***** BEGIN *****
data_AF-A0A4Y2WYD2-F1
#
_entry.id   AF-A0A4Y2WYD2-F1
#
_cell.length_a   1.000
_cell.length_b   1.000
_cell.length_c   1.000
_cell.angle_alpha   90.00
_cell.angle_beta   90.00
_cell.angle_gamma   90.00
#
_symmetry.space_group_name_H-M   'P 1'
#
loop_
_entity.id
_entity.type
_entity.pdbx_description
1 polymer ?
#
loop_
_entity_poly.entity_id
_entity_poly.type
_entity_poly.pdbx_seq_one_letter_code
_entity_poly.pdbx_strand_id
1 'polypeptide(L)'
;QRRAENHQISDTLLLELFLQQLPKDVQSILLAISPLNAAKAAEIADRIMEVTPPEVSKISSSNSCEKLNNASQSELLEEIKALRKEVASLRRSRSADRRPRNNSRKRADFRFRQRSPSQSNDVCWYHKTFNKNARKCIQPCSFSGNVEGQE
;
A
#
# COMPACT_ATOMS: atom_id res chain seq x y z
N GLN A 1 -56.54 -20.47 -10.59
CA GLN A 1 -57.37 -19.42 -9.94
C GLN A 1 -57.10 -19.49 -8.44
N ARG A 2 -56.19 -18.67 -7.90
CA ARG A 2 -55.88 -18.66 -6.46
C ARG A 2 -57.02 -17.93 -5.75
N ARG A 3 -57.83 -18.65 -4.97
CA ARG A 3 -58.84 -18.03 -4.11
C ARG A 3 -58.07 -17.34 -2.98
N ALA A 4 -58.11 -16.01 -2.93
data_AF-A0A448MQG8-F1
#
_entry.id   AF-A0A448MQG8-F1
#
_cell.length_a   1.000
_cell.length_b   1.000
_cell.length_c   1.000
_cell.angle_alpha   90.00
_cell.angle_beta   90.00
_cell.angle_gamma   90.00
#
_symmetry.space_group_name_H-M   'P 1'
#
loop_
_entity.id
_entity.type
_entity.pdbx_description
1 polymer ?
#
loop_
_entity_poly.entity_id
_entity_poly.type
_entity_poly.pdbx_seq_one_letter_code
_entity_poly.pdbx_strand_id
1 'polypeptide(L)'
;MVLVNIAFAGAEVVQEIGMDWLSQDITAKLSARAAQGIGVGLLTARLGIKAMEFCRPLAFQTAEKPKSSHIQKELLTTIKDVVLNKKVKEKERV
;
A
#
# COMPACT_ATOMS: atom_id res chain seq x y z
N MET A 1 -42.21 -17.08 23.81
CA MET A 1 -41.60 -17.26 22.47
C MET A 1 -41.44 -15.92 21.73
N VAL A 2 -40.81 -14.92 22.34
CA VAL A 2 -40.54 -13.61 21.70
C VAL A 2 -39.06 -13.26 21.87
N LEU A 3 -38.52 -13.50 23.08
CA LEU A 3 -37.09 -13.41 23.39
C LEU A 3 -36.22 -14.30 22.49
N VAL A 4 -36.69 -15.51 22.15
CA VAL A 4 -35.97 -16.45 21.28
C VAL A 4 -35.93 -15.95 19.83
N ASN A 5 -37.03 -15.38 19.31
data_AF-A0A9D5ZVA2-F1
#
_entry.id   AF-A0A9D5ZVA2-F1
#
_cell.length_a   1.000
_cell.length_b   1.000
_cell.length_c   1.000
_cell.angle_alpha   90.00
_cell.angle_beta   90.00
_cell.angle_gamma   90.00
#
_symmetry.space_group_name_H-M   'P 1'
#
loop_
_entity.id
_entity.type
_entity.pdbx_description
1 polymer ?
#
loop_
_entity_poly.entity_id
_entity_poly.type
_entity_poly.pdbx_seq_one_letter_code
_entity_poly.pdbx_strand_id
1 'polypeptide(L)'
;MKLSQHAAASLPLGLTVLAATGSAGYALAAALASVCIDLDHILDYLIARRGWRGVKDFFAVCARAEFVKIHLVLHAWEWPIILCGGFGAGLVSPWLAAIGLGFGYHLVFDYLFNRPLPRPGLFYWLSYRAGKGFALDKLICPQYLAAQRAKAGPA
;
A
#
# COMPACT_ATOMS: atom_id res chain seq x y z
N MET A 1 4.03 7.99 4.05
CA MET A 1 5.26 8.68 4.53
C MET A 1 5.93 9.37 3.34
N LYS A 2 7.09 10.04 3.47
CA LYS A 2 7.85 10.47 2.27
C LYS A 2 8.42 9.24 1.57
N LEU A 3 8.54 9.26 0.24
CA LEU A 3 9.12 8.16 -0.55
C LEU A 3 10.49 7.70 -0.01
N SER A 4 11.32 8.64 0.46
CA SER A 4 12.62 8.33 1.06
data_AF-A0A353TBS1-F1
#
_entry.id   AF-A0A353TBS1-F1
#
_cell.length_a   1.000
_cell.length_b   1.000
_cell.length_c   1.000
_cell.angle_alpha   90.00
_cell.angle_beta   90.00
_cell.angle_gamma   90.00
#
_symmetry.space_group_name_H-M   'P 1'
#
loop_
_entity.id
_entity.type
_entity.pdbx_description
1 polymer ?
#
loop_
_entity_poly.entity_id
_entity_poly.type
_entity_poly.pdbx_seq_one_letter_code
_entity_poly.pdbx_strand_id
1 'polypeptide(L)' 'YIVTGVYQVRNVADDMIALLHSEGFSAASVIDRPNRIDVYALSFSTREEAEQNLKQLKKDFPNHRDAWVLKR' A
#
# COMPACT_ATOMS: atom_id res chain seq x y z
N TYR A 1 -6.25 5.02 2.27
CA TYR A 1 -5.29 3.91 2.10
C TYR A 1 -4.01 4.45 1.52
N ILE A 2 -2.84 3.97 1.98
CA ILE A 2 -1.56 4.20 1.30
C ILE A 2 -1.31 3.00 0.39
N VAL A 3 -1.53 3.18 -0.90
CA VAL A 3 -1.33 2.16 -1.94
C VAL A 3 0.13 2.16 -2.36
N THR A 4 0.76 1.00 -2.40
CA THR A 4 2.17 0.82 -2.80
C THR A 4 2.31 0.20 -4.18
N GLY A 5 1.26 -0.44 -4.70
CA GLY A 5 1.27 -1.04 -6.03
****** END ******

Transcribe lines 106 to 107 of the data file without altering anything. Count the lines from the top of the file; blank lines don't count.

_entity_poly.pdbx_seq_one_letter_code
_entity_poly.pdbx_strand_id